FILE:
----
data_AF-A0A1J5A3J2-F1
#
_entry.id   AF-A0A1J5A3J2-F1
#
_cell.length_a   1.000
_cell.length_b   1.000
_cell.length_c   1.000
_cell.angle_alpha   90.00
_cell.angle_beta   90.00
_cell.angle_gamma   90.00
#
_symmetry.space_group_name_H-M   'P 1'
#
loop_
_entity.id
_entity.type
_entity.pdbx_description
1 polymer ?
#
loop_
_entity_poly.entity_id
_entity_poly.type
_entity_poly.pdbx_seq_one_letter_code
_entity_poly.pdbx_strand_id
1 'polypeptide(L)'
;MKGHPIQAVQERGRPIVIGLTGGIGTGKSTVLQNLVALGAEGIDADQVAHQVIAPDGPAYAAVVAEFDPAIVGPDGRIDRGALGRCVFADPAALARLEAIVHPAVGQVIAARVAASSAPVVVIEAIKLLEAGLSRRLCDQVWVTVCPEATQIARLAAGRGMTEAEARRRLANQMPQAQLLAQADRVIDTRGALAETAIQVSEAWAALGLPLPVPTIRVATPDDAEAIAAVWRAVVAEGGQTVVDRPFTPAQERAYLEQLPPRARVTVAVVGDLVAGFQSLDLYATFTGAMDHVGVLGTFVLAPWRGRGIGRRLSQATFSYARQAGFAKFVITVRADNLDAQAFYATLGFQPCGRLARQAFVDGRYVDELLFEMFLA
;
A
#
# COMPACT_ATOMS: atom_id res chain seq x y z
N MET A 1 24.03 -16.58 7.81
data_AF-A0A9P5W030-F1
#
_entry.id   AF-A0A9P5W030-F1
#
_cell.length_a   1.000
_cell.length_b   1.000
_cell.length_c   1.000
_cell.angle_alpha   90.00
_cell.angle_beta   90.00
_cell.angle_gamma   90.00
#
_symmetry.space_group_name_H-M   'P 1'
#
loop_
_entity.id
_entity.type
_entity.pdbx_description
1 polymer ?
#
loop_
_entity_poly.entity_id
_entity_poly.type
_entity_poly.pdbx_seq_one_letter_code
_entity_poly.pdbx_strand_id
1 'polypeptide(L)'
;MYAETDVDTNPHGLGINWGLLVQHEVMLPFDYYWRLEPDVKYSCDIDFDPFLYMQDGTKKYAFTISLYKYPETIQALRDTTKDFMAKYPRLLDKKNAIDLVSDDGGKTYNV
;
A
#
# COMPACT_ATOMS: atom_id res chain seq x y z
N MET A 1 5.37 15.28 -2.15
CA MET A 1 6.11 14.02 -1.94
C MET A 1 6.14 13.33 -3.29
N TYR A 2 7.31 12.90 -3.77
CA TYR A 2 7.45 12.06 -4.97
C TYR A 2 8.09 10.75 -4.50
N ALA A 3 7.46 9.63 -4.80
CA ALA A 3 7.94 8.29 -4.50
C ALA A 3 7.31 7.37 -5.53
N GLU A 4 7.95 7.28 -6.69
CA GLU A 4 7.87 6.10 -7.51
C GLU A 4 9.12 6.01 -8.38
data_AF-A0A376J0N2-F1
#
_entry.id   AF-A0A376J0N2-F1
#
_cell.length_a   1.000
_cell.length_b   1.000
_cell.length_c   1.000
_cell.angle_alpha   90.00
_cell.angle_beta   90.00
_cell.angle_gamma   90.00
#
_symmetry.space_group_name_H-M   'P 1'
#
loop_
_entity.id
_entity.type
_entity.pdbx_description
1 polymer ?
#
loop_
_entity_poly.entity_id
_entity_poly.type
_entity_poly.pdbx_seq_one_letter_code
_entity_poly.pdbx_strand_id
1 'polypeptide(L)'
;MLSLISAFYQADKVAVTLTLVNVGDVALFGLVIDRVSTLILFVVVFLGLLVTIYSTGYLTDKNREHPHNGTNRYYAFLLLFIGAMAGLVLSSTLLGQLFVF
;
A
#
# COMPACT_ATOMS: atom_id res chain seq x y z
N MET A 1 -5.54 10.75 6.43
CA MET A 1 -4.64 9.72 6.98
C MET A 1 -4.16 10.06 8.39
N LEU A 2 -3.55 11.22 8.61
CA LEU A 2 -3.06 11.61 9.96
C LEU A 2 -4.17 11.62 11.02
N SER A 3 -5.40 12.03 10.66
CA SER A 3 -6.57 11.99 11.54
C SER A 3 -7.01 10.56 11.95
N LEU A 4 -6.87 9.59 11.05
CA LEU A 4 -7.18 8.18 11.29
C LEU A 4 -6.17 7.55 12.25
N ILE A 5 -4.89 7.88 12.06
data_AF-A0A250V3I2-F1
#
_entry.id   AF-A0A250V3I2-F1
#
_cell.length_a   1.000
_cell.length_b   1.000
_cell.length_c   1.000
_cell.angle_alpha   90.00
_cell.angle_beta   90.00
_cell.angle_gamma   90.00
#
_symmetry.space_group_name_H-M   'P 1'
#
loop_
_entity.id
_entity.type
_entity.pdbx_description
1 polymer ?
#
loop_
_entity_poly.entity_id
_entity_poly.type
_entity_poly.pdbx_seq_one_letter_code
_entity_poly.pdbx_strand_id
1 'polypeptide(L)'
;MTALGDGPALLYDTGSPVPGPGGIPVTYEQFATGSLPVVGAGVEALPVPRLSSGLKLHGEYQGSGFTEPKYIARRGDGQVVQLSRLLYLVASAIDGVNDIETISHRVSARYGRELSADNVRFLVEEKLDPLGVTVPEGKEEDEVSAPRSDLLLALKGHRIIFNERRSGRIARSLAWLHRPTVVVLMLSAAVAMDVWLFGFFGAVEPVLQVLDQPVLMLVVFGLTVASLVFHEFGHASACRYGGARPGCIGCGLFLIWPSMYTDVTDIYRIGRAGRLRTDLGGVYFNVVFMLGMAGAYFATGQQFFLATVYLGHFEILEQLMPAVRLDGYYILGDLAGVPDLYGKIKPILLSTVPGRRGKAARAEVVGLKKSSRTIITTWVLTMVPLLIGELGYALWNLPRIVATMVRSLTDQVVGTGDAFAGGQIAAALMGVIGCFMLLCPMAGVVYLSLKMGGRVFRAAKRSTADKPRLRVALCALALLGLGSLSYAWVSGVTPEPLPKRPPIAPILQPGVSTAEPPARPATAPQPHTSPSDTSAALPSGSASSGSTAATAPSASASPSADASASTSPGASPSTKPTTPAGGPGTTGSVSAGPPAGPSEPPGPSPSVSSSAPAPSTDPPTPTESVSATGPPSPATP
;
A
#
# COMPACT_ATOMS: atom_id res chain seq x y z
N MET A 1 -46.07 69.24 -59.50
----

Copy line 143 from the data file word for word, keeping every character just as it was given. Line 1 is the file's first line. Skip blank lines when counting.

;